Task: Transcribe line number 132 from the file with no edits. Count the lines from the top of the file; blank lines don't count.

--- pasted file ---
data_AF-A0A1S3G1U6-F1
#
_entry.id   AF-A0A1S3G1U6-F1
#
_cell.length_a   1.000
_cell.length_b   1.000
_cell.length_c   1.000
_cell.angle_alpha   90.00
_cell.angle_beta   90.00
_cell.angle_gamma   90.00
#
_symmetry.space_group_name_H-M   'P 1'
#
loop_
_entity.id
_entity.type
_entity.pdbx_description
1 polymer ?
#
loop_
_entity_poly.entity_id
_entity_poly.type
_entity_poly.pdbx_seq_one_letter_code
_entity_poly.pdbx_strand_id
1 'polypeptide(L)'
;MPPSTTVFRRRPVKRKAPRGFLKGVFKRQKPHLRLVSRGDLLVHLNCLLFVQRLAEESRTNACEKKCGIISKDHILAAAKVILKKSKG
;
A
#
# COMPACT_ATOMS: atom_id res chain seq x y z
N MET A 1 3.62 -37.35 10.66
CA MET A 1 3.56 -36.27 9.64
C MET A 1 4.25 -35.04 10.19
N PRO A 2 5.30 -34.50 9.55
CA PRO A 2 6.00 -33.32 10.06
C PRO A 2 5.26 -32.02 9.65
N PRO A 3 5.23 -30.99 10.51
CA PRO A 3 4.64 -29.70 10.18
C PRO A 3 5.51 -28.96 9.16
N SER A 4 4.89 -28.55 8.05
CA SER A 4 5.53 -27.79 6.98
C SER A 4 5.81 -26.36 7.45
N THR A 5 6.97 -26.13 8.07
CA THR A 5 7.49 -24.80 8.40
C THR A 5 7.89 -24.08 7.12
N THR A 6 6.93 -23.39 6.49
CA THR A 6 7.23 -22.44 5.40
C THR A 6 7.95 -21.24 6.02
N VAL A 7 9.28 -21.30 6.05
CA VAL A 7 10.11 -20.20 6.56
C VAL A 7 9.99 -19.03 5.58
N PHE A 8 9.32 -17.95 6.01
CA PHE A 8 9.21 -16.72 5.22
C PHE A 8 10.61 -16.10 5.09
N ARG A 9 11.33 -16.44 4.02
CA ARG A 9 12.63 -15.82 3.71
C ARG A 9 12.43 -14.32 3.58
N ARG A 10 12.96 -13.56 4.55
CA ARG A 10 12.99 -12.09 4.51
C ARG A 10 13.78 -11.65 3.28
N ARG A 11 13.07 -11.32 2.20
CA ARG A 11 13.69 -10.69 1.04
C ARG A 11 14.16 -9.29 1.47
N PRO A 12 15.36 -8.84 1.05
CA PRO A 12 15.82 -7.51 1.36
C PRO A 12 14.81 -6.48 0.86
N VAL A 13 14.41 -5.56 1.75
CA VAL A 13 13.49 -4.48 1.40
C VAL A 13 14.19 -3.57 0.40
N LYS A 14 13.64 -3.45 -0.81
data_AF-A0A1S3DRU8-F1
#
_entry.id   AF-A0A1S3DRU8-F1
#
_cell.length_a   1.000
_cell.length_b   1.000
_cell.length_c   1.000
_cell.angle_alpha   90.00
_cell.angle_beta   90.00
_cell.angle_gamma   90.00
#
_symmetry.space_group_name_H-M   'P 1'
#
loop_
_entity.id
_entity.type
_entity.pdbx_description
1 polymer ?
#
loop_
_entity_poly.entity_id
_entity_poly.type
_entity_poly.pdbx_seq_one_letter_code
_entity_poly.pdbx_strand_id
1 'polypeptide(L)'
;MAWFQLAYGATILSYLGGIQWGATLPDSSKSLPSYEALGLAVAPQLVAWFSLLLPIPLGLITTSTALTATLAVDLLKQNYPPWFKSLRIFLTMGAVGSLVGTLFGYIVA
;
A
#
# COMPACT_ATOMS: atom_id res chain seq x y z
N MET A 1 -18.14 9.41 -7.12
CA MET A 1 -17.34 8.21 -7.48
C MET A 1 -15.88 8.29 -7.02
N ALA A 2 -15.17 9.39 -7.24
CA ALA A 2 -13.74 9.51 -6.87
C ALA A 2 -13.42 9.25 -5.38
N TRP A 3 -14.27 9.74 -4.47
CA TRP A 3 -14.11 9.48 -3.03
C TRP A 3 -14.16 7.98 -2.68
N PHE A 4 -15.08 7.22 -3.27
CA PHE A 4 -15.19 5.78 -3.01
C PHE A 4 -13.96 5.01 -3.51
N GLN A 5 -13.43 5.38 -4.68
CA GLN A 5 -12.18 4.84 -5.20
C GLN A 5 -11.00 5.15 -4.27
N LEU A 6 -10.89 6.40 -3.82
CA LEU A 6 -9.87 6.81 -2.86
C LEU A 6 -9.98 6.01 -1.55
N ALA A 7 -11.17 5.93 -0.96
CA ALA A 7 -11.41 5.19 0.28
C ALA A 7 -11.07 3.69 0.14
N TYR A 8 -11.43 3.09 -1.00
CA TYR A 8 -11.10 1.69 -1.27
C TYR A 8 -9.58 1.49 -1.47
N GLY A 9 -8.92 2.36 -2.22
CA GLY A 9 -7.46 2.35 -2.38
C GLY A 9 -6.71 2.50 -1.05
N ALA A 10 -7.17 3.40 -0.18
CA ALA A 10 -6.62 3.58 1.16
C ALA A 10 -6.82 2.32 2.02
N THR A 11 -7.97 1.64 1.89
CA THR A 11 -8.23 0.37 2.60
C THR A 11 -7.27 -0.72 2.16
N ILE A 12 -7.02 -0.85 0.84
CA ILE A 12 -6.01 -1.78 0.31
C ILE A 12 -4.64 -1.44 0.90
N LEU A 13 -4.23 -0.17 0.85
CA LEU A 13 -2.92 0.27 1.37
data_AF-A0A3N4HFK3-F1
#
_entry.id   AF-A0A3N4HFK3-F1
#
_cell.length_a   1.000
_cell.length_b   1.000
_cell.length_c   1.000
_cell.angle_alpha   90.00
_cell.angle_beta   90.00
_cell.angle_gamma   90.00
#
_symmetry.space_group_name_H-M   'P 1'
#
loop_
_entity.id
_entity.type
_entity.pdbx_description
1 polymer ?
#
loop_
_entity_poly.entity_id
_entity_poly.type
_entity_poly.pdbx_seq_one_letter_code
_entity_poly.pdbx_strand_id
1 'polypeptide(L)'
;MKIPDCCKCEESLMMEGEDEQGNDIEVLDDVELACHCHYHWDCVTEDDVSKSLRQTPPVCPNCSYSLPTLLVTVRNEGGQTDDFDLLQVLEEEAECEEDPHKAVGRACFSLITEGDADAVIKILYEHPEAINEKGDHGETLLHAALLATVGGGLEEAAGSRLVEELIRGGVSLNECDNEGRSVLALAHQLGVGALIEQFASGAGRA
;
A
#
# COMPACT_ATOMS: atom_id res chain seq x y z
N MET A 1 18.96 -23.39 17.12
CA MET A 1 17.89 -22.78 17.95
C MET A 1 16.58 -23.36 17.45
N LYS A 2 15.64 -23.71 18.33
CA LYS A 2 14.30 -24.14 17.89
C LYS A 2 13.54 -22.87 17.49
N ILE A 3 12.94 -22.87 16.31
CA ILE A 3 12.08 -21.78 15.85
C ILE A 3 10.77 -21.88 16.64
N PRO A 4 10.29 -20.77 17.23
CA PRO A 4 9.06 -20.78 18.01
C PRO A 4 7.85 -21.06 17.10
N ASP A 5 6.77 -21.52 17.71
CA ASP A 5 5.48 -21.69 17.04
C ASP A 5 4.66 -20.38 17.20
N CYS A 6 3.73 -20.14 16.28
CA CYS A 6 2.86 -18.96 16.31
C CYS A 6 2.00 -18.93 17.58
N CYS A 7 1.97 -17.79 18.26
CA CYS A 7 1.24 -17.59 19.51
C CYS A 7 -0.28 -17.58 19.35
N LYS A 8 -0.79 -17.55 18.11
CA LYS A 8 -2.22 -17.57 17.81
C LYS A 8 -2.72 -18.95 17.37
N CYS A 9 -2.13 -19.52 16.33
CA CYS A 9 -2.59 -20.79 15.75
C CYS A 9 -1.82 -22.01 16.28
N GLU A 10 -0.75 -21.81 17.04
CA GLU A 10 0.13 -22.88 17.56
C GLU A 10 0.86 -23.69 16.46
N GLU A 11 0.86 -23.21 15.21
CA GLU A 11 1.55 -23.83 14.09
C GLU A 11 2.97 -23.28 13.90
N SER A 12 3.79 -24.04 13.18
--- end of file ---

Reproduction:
CA THR A 11 -8.23 0.37 2.60